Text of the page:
HEVC, a new weapon in codec wars, to appear in September

The technology, also called H.265 and the successor to H.264, promises to double video quality for better streaming and higher-res TV. But it'll come with a patent burden, too.

Stephen Shankland Former Principal Writer
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One aspect of of HEVC video compression, aka H.265, involves interpolation among various pixels to determine brightness. This diagram from the draft standard shows some of how that process takes place.
One aspect of of HEVC video compression, aka H.265, involves interpolation among various pixels to determine brightness. This diagram from the draft standard shows some of how that process takes place. ITU-T/ISO/IEC Joint Collaborative Team on Video Coding (JCT-VC)

A trade show in September will be the coming-out party for video technology called HEVC or H.265, a new arrival in a hotly contested market for the best approach to compression.

HEVC, short for High Efficiency Video Coding, is for encoding and decoding video streams so they can be stored or transmitted more economically than today's dominant H.264, aka AVC or Advanced Video Coding. Specifically, HEVC allies say it can deliver the same quality video as H.264 with half the network bandwidth.

The codec has been in the making for years, but it's now almost done, with draft versions released and a final version due in January, about 10 years after H.264 was released. Two backers, Ericsson and the Fraunhofer Institute, will demonstrate their versions of HEVC at the IBC show in Amsterdam starting September 6.

One difference with HEVC is that it breaks video frames up into blocks of 64x64 pixels compared to 16x16 for H.264, Fraunhofer said. Another is that it can divide frames into multiple tiles so multicore processors can spread decoding across parallel subtasks.

Using HEVC to double the efficiency of today's dominant video codec would be very useful, especially for those dealing with network-constrained mobile phones or eager to usher in an era of high-resolution 4K video. The HEVC draft specification goes well beyond 4K video to resolutions as high as 7,680x4,320.

Fraunhofer argues that HEVC is necessary to support higher-resolution video without having to reduce the number of TV channels, and Ericsson will demonstrate the codec to promote equipment for TV broadcasters who want to reach mobile devices.

But success for HEVC also would mean that organizations including Mozilla and Google, which have been fighting an uphill battle to encourage instead the VP8 codec Google released for royalty-free use, will have a potentially even steeper hill to climb.

Despite support from major players -- others include Microsoft, Qualcomm, and Samsung -- it's not clear whether HEVC will conquer the world.

"Some sectors of the industry are certainly heavily involved in the development of HEVC," said Ian Richardson, a video codec researcher and consultant with Vcodex. "In my view, the big question is whether the technical benefits of HEVC (compression performance, multi-processor support) are enough to justify the shift to a new standard."

And there's another big issue: patents. Anyone using H.264 in mobile phones, videocameras, operating systems, Blu-ray discs, or TV broadcasting must pay patent royalties to a group called MPEG LA that licenses the pool of H.264 patents on behalf of a large number of patent holders.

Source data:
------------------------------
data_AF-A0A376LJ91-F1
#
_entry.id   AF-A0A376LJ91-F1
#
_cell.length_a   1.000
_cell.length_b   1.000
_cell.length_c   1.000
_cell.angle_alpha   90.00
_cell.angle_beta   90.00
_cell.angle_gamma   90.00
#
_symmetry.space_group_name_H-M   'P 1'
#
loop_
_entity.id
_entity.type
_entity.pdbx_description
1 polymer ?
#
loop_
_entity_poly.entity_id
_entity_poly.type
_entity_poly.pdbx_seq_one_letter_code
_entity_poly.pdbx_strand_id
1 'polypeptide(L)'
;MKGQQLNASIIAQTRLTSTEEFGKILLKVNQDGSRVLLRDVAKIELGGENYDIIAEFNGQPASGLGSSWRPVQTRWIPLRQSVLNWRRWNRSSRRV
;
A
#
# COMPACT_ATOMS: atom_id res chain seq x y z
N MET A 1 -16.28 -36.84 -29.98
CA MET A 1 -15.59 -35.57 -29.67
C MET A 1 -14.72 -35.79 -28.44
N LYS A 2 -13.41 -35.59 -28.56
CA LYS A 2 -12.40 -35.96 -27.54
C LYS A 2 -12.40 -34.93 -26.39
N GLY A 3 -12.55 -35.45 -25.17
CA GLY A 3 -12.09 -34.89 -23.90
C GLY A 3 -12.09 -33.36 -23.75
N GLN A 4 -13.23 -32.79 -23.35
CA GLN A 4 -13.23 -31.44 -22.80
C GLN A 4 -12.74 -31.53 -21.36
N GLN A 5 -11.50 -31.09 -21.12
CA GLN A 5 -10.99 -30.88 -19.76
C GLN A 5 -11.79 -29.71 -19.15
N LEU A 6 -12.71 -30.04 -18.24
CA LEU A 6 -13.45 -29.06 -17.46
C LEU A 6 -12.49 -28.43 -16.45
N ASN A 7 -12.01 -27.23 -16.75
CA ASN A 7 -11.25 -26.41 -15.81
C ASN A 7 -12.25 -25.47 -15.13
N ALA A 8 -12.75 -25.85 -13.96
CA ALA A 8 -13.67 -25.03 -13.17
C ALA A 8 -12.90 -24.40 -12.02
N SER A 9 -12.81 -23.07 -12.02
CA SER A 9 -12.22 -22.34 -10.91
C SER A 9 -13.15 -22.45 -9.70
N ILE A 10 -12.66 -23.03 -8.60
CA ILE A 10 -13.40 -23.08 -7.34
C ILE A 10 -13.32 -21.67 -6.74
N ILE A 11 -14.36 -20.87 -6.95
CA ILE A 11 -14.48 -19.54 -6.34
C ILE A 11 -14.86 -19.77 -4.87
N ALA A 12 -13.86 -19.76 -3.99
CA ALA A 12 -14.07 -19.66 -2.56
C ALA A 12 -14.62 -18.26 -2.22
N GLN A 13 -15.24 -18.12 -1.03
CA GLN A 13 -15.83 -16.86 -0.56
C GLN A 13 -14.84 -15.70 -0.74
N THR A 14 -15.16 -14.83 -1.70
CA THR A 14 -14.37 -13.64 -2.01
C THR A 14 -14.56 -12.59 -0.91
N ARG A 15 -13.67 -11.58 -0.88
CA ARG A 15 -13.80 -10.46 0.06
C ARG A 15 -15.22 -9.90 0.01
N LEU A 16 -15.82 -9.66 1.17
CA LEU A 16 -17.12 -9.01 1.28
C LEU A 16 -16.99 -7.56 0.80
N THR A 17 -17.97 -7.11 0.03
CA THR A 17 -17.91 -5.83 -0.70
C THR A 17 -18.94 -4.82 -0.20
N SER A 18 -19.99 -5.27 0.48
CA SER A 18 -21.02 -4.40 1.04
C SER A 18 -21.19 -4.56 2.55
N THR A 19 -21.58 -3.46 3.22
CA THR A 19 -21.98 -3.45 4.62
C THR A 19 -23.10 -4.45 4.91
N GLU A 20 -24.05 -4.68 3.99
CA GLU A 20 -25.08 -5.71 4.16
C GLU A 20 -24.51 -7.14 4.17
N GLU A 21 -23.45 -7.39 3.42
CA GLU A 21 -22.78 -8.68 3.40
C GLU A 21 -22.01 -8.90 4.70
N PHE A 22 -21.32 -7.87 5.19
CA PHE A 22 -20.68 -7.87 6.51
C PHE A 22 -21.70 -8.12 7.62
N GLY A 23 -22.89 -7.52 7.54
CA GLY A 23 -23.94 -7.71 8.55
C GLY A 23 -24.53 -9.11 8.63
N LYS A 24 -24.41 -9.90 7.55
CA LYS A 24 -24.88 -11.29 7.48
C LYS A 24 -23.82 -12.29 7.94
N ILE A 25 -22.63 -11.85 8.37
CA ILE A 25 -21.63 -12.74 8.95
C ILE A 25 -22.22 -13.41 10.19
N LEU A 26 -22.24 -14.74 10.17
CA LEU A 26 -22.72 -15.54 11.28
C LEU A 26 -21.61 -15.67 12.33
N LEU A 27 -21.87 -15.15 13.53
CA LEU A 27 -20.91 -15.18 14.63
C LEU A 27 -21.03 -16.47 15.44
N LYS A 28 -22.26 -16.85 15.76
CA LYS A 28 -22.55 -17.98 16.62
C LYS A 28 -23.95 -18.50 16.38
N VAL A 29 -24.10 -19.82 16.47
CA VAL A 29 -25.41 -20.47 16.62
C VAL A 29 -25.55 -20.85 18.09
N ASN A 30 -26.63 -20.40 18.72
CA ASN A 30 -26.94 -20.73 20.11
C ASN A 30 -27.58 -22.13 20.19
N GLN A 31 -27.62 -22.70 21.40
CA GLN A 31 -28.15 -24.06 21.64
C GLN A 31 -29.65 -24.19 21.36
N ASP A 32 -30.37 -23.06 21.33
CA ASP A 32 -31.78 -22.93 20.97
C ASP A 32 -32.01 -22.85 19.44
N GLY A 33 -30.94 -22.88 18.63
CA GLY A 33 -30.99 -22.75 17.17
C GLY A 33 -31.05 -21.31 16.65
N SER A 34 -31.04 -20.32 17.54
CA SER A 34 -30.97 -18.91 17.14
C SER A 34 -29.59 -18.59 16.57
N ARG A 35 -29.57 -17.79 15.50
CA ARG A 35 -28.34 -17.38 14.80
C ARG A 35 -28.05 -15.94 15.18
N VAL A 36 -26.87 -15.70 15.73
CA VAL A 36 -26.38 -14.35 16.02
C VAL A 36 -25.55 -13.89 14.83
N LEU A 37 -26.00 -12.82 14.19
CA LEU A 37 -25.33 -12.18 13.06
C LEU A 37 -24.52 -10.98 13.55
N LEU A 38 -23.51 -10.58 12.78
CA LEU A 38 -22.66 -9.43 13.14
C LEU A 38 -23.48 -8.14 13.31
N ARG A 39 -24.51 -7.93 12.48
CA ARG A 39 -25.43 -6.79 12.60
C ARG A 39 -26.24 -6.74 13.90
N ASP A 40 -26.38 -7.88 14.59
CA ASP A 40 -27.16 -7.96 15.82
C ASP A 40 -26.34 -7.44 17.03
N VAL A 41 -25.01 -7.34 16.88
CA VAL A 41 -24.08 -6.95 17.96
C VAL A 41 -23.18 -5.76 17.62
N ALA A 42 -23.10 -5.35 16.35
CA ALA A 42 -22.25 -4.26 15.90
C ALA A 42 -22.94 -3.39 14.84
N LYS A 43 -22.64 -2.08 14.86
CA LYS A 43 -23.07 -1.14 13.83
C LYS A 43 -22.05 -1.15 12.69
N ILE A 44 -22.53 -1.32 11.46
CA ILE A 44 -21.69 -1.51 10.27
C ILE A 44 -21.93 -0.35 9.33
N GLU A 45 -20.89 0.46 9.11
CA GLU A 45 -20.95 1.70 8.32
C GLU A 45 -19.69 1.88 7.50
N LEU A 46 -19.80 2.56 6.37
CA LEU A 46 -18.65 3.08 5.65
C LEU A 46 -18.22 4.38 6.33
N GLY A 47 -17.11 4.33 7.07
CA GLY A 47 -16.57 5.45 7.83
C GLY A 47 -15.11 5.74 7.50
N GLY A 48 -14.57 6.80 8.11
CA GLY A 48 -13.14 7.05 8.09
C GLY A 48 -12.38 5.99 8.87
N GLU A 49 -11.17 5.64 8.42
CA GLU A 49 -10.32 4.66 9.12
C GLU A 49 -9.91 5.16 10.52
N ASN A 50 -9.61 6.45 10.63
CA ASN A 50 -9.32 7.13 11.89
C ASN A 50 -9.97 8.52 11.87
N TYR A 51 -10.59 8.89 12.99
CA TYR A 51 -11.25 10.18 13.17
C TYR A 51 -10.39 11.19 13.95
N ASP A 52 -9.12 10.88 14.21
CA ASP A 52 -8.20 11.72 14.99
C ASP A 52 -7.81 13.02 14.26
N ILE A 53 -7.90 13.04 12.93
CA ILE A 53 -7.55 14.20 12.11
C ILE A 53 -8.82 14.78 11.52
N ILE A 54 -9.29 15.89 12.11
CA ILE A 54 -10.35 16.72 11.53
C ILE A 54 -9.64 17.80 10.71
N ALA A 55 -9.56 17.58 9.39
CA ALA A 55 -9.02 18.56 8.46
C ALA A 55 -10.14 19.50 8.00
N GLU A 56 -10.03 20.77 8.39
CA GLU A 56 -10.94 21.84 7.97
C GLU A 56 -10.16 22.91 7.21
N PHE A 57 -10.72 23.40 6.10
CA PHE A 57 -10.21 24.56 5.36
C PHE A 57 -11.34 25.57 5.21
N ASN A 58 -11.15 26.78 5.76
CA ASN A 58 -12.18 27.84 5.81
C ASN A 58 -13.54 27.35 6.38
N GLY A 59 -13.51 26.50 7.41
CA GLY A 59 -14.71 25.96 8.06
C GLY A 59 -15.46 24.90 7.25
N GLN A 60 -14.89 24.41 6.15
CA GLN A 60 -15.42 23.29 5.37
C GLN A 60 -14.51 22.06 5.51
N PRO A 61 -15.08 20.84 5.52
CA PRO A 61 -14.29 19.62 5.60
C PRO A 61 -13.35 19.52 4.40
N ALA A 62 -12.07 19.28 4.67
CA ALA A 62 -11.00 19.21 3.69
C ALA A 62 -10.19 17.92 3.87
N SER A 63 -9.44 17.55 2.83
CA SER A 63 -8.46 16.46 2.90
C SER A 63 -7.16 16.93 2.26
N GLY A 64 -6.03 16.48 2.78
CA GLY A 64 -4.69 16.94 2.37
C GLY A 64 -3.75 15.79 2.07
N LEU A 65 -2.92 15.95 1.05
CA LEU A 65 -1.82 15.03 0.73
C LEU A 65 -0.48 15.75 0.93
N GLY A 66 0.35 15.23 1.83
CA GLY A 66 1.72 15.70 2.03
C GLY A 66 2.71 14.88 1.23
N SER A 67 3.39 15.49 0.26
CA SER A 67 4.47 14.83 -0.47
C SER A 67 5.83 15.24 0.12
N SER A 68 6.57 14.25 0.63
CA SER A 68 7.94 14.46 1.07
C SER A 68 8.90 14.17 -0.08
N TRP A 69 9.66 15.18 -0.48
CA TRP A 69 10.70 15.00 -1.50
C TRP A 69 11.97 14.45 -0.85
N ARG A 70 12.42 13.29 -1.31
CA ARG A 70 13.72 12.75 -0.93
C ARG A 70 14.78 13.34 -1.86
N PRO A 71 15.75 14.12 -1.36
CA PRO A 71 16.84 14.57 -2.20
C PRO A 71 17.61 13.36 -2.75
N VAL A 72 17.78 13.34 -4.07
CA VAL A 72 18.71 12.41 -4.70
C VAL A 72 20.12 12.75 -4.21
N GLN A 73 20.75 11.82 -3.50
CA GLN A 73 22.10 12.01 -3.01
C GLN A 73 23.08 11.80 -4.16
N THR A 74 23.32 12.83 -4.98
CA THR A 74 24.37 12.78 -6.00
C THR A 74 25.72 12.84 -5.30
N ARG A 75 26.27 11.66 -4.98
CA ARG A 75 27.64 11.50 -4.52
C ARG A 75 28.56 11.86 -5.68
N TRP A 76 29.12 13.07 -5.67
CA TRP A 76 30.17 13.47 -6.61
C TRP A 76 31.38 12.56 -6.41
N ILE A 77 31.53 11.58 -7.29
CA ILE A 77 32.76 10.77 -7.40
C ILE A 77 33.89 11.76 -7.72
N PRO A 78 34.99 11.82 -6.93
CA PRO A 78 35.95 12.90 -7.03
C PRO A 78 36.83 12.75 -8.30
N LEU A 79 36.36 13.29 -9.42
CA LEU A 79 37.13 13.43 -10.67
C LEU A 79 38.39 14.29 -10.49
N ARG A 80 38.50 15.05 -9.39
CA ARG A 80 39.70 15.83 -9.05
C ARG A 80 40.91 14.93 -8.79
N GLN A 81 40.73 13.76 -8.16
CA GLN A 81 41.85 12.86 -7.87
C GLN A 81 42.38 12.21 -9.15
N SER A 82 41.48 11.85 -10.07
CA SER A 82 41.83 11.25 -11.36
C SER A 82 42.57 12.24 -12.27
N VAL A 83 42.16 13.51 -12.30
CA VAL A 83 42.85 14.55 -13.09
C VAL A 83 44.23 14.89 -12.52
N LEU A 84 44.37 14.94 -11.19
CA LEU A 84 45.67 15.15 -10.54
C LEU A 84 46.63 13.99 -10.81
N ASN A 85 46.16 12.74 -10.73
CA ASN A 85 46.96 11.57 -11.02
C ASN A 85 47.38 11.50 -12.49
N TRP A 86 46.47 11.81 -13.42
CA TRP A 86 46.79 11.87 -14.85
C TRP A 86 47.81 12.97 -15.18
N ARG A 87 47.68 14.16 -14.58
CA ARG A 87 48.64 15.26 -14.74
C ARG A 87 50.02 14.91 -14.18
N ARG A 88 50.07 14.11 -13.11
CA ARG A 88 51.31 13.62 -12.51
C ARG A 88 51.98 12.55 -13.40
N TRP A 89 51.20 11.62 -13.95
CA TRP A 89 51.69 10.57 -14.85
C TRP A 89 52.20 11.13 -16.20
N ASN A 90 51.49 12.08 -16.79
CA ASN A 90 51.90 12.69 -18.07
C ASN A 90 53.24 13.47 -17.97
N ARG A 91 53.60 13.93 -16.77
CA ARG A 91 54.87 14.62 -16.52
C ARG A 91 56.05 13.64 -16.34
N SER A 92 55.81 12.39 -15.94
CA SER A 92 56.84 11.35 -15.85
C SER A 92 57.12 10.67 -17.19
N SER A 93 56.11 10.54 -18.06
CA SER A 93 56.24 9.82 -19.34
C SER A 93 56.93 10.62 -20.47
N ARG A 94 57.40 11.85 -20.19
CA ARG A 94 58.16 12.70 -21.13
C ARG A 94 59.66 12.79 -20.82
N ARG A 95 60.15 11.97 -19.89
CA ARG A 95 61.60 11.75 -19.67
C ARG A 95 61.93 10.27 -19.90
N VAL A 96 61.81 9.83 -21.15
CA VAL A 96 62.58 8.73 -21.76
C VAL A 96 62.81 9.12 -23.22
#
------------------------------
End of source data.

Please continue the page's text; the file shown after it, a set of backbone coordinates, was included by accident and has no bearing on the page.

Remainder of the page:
Plenty of patents bear on video compression technology.
Plenty of patents bear on video compression technology. Ian Richardson/Vcodex

HEVC is headed in the same direction, calling on patent holders to disclose if they have any patents essential to the video codec.

"MPEG LA is pleased to assist in facilitating a convenient, independently administered, one-stop patent licensing alternative to assist users with implementation of their technology choices and invites all patent holders to participate," MPEG LA Chief Executive Larry Horn said in a statement in June (PDF).

Patents are a big problem for open-source software such as Firefox, because patent licensing requirements conflict with the open-source licenses. After it lost the battle to advance VP8 over H.264 for video embedded into Web pages with HTML5, Mozilla began adapting Firefox to use H.264 when support is built into the operating system. That's the case for iOS, Android, OS X, and Windows 7.

But Mozilla doesn't directly distribute H.264 within open-source Firefox. Google had pledged to remove H.264 support from Chrome but reversed course for practical reasons.

VP8 also isn't necessarily free of patent concerns either. In February 2011, MPEG LA issued a call for patents essential to VP8, a step required if it chooses to license a pool of VP8 patents. But thus far, it hasn't actually offered a license.

MPEG LA logo

Meanwhile, patent licenses from MPEG LA may not be everything a licensee could desire. Microsoft has been at the losing end of a claim in Germany from Motorola Mobility (now part of Google) that it's violating H.264-related patents.

The next round of debate for online video is taking place in the discussion around WebRTC, a proposed technology for real-time chat with video or audio on the Web.

Google proposed VP8 be a required video codec for WebRTC, and Mozilla's Timothy Terriberry added, "We believe very strongly in keeping WebRTC unencumbered." It's not clear whether it will prevail, though; audio codec designer Jean-Marc Valin said after the most recent WebRTC standards meeting, "Not only is there still no consensus over which codec to use (VP8 vs H.264), but there's also been no significant progress in getting to a consensus.